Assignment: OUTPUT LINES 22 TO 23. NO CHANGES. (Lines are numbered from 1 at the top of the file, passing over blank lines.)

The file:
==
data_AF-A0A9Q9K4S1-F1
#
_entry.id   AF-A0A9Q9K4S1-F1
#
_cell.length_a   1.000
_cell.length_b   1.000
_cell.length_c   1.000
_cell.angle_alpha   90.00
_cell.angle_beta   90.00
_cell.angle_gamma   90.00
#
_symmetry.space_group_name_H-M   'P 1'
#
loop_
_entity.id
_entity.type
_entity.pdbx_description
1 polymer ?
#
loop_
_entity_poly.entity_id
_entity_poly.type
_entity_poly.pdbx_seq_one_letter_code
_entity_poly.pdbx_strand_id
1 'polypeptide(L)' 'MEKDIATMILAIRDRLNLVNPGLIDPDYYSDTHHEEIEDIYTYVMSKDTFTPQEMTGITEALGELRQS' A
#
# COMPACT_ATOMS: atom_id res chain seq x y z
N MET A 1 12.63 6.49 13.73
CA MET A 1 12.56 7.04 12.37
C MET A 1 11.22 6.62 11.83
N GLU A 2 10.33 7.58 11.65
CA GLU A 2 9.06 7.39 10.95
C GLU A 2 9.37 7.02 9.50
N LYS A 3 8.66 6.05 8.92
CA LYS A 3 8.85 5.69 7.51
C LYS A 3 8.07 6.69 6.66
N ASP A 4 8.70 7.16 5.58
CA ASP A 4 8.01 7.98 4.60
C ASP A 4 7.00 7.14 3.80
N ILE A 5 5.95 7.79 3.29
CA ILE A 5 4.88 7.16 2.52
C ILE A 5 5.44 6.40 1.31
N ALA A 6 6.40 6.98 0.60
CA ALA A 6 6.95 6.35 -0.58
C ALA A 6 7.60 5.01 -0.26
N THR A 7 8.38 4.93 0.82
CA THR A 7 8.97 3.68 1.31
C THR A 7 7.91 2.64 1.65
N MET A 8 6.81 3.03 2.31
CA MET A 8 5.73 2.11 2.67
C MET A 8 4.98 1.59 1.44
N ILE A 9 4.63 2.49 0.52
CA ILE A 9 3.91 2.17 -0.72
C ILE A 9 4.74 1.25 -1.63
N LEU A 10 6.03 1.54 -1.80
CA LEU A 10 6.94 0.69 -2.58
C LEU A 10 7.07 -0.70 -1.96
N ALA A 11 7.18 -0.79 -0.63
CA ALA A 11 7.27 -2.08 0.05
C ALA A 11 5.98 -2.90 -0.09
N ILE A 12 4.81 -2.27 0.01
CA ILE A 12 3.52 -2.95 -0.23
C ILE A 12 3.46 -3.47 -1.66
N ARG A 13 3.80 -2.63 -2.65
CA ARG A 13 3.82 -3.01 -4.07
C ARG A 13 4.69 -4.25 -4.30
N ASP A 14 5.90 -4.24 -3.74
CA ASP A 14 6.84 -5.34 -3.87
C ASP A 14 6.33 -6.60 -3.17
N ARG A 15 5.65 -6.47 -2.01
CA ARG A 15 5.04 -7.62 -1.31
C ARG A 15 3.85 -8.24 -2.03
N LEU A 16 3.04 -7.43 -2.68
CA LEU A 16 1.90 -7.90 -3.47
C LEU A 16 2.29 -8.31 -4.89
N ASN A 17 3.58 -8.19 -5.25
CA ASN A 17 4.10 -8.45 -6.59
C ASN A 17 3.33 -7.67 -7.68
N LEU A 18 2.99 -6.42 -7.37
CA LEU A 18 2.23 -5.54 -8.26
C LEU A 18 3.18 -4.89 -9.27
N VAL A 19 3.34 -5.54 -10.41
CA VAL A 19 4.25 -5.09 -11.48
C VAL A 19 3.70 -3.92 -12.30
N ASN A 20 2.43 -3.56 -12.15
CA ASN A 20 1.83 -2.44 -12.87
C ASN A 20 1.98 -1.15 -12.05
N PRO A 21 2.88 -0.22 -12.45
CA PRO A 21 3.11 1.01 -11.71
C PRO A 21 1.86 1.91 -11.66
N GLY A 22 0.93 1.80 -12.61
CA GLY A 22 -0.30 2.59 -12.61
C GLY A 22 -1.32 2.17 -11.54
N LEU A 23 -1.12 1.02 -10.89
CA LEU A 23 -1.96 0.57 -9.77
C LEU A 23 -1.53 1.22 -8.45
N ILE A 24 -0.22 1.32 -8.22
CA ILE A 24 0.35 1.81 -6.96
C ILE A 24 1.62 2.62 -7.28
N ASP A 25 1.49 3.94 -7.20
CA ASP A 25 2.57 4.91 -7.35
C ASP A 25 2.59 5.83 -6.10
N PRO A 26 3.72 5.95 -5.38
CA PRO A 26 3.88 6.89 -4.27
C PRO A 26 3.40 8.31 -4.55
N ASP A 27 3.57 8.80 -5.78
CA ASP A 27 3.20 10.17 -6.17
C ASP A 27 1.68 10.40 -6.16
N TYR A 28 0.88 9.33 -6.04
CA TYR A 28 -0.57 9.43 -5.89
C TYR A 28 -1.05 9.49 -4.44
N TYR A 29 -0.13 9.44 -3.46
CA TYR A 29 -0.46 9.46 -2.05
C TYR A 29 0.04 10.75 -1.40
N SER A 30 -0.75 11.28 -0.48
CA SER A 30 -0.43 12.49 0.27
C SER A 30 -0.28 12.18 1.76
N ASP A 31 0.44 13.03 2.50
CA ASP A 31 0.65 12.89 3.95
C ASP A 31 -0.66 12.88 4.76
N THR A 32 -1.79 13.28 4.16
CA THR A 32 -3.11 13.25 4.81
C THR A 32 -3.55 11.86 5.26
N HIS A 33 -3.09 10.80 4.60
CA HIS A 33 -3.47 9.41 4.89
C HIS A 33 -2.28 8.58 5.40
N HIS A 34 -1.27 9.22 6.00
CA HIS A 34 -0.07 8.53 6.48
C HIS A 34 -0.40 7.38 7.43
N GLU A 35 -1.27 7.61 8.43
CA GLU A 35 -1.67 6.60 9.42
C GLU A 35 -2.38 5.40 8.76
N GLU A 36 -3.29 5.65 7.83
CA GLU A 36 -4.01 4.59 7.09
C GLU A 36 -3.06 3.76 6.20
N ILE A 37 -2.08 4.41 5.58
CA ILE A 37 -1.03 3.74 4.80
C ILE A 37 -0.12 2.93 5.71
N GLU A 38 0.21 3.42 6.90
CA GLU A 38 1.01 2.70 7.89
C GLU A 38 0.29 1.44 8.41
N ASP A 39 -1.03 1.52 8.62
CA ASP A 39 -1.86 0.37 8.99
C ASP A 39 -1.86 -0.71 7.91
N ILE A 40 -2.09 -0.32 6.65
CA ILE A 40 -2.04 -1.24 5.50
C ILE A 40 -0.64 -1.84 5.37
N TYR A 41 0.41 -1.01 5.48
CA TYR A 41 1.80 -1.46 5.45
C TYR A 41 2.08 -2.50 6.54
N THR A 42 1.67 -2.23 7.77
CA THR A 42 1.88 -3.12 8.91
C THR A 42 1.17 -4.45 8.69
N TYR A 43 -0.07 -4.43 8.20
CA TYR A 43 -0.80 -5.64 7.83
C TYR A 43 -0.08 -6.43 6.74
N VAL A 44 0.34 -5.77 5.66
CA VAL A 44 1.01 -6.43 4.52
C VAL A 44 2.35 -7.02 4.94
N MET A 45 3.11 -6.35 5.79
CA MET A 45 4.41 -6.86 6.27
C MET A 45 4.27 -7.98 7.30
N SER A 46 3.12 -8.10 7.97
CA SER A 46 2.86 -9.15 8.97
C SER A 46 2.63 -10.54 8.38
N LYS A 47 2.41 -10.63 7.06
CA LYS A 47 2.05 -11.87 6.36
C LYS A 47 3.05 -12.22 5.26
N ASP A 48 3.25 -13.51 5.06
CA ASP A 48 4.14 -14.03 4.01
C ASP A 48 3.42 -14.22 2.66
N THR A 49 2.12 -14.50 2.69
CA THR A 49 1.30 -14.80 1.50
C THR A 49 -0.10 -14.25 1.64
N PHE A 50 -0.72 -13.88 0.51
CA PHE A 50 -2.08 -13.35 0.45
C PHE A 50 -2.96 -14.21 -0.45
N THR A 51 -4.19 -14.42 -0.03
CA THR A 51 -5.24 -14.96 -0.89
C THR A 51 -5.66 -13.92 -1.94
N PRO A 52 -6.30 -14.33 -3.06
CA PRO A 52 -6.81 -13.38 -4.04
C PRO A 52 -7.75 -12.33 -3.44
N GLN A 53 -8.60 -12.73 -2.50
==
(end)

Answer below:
_entity_poly.type
_entity_poly.pdbx_seq_one_letter_code